15.06.2017 - 15:00

On the Way to G20: Germany Hosts Africa Conference as Kick-Off event

Quite everybody at the conference feels confident: investments in Africa will help stepping up future collaborations. But who will be the profiteer in the end?

Due to their G20 presidency the German government hosted an Africa conference which ended on 13th of June. Leaders of 20 developing countries followed the invitation to Berlin. The aim of the conference was to build a sustainable partnership between Europe and Africa to prevent past mistakes.

How this partnership should look like is not quite clear yet. Both continents do have ambitious approaches and plans on how to achieve the set goals. Now these different opinions need to be integrated to a coherent picture. Just Germany itself already has three different plans from three different ministries: the Marshall-Plan of the Ministry of Development, the new “Compact with Africa” plan of the Ministry of Finances and the initiative “PRO! Africa” of the Ministry of Economics. This variety of different approaches lead to the assumption that the different Ministries are starting to prepare themselves for the oncoming election campaign.

The three countries Ghana, Tunisia and Ivory Coast were at the spotlight for being the best in implementing their reform-oriented policies and were therefore guaranteed an investment of up to 300 million Euros.

The question which remains is: can a European investment policy which almost only focusses on building an already functioning infrastructure meet the needs of African countries?
No, assumes ALLAFRICA. They think that one of the top priorities for the growing youth should be to secure a higher quality of education especially for girls. “On top of education and employment, these youth must be empowered. That requires making this new partnership conditional on improving the accountability of government to the citizen they serve“. Just when there is access to basic health, nutrition and clean water one can be empowered.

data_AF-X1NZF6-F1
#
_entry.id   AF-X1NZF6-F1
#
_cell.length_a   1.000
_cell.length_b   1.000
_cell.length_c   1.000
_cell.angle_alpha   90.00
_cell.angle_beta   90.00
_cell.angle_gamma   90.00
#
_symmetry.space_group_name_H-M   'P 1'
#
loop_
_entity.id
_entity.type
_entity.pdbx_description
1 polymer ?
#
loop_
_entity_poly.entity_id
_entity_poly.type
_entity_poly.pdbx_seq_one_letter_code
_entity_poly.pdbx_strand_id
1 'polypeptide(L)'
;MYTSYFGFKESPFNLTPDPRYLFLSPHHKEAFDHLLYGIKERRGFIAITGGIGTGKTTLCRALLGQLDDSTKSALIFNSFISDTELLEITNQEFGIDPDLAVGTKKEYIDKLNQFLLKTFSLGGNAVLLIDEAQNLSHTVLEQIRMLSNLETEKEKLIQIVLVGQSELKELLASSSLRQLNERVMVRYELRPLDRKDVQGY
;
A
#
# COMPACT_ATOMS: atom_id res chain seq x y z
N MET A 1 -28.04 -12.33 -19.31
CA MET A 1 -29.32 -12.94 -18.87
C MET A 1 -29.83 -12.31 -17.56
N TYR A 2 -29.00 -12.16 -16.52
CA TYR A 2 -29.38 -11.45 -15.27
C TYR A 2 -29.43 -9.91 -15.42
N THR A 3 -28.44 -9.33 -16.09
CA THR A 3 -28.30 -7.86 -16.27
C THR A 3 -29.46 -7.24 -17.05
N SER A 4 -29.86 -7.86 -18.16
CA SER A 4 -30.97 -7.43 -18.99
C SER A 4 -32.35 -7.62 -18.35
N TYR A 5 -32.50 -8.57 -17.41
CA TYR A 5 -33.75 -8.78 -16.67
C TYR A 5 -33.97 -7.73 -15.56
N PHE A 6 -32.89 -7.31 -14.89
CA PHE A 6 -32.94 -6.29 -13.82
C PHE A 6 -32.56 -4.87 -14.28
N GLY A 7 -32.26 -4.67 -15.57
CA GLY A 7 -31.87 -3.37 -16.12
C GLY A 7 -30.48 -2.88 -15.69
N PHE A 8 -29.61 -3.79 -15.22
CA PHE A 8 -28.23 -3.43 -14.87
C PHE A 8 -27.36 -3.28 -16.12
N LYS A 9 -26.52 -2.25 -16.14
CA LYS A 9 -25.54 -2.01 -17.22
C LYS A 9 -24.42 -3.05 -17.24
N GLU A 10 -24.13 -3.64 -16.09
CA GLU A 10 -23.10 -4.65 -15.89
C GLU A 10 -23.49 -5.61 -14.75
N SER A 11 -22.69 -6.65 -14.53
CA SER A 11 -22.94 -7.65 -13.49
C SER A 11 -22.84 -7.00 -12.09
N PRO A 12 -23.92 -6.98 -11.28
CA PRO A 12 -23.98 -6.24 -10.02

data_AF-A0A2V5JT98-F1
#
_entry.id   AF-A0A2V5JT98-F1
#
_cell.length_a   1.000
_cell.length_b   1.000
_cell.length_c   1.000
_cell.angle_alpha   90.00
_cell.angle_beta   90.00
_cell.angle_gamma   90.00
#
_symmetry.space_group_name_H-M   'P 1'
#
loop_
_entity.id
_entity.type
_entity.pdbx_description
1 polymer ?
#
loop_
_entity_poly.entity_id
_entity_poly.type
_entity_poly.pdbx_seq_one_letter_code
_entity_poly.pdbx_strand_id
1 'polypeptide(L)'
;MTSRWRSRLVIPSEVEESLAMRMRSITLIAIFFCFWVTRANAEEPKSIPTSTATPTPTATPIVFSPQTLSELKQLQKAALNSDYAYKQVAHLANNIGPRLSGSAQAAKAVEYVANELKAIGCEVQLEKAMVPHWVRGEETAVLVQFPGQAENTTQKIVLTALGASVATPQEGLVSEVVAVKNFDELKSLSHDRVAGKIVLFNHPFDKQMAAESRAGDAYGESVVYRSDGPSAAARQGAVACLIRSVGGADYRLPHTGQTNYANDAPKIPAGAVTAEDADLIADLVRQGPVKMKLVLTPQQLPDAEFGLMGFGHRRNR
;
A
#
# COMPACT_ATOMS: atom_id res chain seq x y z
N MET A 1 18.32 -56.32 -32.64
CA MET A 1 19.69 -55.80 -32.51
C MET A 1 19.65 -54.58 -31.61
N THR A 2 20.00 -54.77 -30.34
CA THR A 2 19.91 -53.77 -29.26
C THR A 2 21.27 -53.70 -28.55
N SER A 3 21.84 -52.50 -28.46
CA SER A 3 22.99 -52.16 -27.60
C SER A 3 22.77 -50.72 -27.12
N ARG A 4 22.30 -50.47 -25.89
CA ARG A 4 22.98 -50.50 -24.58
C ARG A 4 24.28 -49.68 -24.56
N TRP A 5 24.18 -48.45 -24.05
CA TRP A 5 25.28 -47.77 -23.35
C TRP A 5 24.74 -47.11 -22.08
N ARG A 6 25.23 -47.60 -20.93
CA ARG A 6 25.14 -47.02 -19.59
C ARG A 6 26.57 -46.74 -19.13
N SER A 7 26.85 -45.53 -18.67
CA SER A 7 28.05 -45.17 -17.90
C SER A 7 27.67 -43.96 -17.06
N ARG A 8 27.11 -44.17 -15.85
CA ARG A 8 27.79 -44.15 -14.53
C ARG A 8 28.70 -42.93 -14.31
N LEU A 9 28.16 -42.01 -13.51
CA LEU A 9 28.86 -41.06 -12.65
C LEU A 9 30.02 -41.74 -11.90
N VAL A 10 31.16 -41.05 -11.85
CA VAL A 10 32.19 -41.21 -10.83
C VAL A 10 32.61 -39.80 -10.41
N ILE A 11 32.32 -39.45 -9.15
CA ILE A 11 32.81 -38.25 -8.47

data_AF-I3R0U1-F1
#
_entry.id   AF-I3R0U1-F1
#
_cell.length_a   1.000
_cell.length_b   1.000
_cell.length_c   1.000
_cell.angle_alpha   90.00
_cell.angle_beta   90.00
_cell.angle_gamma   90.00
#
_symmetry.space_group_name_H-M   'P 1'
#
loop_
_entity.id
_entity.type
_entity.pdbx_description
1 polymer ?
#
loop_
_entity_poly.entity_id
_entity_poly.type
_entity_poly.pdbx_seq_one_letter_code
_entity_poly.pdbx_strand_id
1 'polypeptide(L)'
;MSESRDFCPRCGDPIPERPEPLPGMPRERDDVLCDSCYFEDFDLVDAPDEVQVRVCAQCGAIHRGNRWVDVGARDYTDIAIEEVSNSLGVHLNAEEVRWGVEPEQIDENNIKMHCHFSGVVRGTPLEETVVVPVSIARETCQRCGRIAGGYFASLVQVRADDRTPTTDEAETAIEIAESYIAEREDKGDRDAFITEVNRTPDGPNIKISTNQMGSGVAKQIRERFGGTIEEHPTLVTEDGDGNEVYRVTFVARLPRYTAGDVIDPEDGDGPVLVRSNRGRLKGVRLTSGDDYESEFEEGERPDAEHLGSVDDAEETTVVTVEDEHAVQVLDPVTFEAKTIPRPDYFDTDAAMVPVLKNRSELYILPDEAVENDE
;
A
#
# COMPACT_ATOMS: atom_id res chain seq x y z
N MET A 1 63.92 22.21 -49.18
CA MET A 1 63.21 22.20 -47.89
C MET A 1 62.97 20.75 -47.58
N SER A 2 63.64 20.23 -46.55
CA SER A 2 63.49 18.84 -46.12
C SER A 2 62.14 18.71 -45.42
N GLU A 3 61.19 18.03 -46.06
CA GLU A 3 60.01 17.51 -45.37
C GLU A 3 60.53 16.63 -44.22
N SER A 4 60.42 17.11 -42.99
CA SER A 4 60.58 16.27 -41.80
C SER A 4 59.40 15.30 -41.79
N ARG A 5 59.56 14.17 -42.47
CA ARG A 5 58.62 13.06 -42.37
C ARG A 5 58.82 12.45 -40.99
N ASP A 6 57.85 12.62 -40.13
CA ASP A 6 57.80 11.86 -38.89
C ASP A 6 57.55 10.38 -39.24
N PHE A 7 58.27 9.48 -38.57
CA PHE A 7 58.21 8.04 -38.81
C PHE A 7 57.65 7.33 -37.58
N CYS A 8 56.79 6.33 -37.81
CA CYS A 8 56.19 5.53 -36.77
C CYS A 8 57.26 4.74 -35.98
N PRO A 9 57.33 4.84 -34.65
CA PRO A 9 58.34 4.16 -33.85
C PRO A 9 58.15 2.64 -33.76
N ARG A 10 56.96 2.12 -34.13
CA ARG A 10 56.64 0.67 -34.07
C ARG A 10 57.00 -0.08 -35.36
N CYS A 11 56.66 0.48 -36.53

The Washington Post and the New York Times both focused on this topic as well. They quoted the German chancellor Angela Merkel as she explains: “’If we don’t give young people any prospects, if we don’t invest in education and qualifications, if we don’t strengthen the role of girls and young women, the development agenda won’t succeed,’ she said, noting that if the young have no hope they’ll feel they have to seek a life elsewhere.“ The last part already gives a hint in which direction she is heading. ”’By working together with you for your countries, we will create more security for ourselves‘ and put people smugglers out of business, she added“.

The Deutsche Welle is making it even clearer: “Berlin is seeking to alleviate poverty particularly in African countries whose citizens have been among the hundreds of thousands of people who have arrived in Germany as asylum-seekers over the past two years. Last year, Germany took in around 890,000 migrants, thousands of whom came from African countries including Eritrea, Ghana and Ethiopia“. They also cited Ivory Coast’s President Alassane Ouattara in relation to this topic. He said the solution to mass migration "‘lies in the massive creation of jobs through strong and inclusive economic growth,' adding that ‘young Africans will feel better in Africa than elsewhere‘".